08-14-2003, 04:04 AM
Join Date: Feb 2003
...you think? It should be perfectly clear. Maybe you are having trouble with your metic units. A dyne is the unit of force in the cgs (centimeter-gram-second) metric system. A mass of one gram, at rest at sea level, experiences a gravitation field of 980 cm/sec squared. The force on the one gram mass is therefore 980 gram-cm/sec squared. A gram-cm/second squared is a dyne, so the weight of one gram is 980 dynes. A cubic centimeter of water has a mass of 1 gram, and a weight of 980 dynes. If we had a column of water 1 cm on a side, that was 102 cm high, it would weigh 1,000,000 dynes, and the water pressure at the bottom of the water column would be 1,000,000 dynes/sq centimeter, or one bar. That is almost one atmosphere, which is 1.013 bar.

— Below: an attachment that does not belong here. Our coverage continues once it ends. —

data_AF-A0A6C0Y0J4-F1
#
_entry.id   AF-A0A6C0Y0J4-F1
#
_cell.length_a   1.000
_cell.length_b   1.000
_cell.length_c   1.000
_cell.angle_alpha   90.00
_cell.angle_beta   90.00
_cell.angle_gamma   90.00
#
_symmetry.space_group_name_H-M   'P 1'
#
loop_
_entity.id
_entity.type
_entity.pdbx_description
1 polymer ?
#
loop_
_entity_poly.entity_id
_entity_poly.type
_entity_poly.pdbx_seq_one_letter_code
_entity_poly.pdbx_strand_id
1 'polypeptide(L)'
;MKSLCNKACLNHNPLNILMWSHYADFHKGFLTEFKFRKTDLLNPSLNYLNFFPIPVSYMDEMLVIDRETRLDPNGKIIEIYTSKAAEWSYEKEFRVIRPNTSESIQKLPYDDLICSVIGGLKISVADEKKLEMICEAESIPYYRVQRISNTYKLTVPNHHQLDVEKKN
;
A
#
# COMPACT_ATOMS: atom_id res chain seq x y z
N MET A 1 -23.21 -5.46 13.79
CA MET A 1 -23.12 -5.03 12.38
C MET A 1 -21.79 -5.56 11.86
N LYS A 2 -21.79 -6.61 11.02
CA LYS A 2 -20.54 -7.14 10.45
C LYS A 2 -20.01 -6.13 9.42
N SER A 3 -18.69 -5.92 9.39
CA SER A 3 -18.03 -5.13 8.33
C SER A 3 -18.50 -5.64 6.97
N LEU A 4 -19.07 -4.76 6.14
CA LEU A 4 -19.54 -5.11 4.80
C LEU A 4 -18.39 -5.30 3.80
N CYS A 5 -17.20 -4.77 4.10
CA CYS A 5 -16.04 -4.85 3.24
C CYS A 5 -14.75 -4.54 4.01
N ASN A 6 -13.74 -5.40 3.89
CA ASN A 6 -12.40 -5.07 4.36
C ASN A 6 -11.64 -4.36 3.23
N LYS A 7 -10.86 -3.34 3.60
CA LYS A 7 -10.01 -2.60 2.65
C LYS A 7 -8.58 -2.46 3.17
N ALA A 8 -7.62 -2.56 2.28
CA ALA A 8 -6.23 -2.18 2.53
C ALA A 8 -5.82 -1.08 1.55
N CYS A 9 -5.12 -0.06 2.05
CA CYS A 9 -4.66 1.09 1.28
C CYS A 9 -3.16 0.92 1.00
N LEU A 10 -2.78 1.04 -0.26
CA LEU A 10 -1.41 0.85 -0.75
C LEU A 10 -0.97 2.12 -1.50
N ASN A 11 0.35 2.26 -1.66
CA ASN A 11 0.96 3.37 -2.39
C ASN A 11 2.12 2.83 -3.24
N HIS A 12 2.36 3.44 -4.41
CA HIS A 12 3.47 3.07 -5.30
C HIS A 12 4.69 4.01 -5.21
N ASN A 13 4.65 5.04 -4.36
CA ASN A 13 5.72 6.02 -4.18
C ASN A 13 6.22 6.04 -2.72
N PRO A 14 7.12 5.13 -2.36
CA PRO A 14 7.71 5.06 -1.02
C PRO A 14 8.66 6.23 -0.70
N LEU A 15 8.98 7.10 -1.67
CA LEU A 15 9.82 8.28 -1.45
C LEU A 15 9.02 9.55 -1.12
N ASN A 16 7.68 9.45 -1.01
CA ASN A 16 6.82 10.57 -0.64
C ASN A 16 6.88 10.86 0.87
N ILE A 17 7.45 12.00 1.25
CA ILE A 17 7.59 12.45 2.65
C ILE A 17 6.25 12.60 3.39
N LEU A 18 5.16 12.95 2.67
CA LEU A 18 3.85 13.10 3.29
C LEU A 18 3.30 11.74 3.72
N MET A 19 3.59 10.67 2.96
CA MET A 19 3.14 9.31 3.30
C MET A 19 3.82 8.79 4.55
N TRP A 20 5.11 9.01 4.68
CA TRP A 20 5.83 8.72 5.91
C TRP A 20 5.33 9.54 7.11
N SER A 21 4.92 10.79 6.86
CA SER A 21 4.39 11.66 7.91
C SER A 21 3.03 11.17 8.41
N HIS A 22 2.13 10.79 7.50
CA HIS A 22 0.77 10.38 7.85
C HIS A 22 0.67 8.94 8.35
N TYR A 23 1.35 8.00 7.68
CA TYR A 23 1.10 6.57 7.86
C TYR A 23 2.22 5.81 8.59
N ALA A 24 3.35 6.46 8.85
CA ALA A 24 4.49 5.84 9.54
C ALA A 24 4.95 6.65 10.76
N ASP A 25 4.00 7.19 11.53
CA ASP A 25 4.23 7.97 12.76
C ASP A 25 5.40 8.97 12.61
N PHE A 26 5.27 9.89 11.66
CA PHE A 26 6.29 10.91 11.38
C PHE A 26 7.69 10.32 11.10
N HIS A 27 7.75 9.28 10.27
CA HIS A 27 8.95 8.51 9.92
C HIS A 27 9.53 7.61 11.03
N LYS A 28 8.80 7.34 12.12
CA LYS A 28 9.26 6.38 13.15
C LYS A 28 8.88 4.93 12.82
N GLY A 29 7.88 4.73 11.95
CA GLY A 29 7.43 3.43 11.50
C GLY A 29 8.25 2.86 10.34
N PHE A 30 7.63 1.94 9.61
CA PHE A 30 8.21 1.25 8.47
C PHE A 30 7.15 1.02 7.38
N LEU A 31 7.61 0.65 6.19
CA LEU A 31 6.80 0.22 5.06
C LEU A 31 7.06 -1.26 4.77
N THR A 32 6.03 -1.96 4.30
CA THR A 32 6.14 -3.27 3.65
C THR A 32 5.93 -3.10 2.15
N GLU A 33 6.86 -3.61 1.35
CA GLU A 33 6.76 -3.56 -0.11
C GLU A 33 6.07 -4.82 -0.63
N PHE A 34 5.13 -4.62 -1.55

OBTW, a lot of the confusion revolves around the British engineering system's use of the pound as both a unit of force and a unit of mass. A mass of one pound weighs one pound. These two units are actually called pound-mass (lbm.) and pound-force (lbf.) To convert one lbm. to .lbf, multiply by 32.2 feet/sec. squared.
Metric doesn't do this, in the standard system, (SI) the unit of mass is the kilogram, and the unit of force is the Newton. One kilogram weighs 9.8 Newtons. One gram weighs 980 dynes. One pound weighs 1 pound. Clear now?